The 71st Regiment of Foot was a Highland regiment in the British Army, raised in 1777. Under the Childers Reforms it amalgamated with the 74th (Highland) Regiment of Foot to become the 1st Battalion, Highland Light Infantry in 1881.
In 1817 (???), he married Mary, eldest daughter of Sir William Douglas, 4th Baronet of Kelhead. Their only son, Thomas Sydney Beckwith, was a Captain in the Rifle Brigade, and died in Gibraltar on 21 March 1828 (???).
Sir William Douglas, 4th Baronet of Kelhead, was a British Member of Parliament.
In 1800, he was appointed to command a company in Colonel Coote Manningham's "Experimental Corps of Riflemen", which later was designated the 95th Regiment and subsequently the Rifle Brigade. He was promoted to Major within the Corps in 1802. The next year, he was promoted to Lieutenant Colonel and took command of the 1st Battalion. Beckwith was one of the favourite officers of Sir John Moore in the famous camp of Shorncliffe, and aided that general in the training of the troops which afterwards became the Light Division.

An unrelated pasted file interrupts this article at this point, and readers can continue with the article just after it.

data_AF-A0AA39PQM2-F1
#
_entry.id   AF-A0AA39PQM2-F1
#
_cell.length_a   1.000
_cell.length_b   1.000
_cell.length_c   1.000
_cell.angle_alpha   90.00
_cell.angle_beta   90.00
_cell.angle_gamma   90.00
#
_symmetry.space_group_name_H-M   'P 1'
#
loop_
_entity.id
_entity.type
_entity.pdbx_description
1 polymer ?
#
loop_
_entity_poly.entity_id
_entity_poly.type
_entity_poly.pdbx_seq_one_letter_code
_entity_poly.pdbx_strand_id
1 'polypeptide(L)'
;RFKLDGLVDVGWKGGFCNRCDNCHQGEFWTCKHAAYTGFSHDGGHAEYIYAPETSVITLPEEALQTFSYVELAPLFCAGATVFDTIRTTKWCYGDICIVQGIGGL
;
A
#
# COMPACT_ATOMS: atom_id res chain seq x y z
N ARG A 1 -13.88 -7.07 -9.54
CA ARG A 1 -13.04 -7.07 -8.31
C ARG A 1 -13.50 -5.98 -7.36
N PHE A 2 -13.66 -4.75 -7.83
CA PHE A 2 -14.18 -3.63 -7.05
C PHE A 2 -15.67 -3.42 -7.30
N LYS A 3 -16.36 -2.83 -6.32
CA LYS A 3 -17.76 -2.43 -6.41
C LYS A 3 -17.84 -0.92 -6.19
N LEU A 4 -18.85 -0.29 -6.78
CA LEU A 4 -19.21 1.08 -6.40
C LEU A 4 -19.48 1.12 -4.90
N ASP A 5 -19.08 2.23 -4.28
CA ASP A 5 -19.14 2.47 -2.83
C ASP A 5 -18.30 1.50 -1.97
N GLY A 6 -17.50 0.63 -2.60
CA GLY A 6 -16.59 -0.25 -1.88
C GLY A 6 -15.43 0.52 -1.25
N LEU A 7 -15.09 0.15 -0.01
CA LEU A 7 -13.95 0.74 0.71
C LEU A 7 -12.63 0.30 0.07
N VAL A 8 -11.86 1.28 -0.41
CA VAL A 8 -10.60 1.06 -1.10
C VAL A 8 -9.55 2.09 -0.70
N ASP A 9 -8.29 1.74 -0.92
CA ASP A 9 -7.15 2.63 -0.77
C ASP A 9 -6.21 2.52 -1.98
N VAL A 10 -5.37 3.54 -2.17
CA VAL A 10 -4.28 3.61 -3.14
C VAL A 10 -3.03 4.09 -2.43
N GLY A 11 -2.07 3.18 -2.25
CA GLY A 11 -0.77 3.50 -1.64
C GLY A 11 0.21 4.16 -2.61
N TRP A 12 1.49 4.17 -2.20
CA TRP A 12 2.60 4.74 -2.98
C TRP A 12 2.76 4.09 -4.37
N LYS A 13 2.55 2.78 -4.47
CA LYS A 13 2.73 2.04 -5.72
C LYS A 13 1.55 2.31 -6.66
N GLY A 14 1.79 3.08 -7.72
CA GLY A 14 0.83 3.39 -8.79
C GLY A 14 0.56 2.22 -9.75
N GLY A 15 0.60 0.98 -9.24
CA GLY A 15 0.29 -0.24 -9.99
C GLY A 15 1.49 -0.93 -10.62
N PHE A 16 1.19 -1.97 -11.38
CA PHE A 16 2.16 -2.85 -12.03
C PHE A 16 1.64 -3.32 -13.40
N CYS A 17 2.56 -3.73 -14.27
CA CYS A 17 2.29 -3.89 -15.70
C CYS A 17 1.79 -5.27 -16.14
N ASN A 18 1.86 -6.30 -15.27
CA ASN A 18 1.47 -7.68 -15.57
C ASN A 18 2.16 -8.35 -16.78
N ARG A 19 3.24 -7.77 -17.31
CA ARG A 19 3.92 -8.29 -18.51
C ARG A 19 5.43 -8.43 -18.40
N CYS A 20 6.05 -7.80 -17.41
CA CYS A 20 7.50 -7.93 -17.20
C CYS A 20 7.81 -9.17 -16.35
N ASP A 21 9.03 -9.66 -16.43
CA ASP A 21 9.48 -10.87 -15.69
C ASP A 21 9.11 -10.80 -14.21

Colonel Coote Manningham was a British army officer who played a significant role in the creation and early development of the 95th Rifles.
Lieutenant-General Sir John Moore, was a British Army general, also known as Moore of Corunna. He is best known for his military training reforms and for his death at the Battle of Corunna, in which he repulsed a French army under Marshal Soult during the Peninsular War. After the war General Sarrazin wrote a French history of the battle, which nonetheless may have been written in light of subsequent events, stating that "Whatever Buonaparte may assert, Soult was most certainly repulsed at Corunna; and the British gained a defensive victory, though dearly purchased with the loss of their brave general Moore, who was alike distinguished for his private virtues, and his military talents."
Shorncliffe Redoubt is a British Napoleonic earthwork fort. The site is approximately 300 feet by 300 feet and is situated on the Kentish Coast in Sandgate, Kent.
He served on the expeditions to Hanover in 1806 and Copenhagen in 1807, before joining the expedition to the Peninsula under Major General Arthur Wellesley. He took part in the Battle of Vimeiro, and the expedition into Spain under Sir John Moore, in which the Rifles bore the brunt of the rearguard fighting.
Arthur Wellesley, 1st Duke of Wellington, was an Anglo-Irish soldier and Tory statesman who was one of the leading military and political figures of 19th-century Britain, serving twice as Prime Minister. His victory against Napoleon at the Battle of Waterloo in 1815 puts him in the first rank of Britain's military heroes.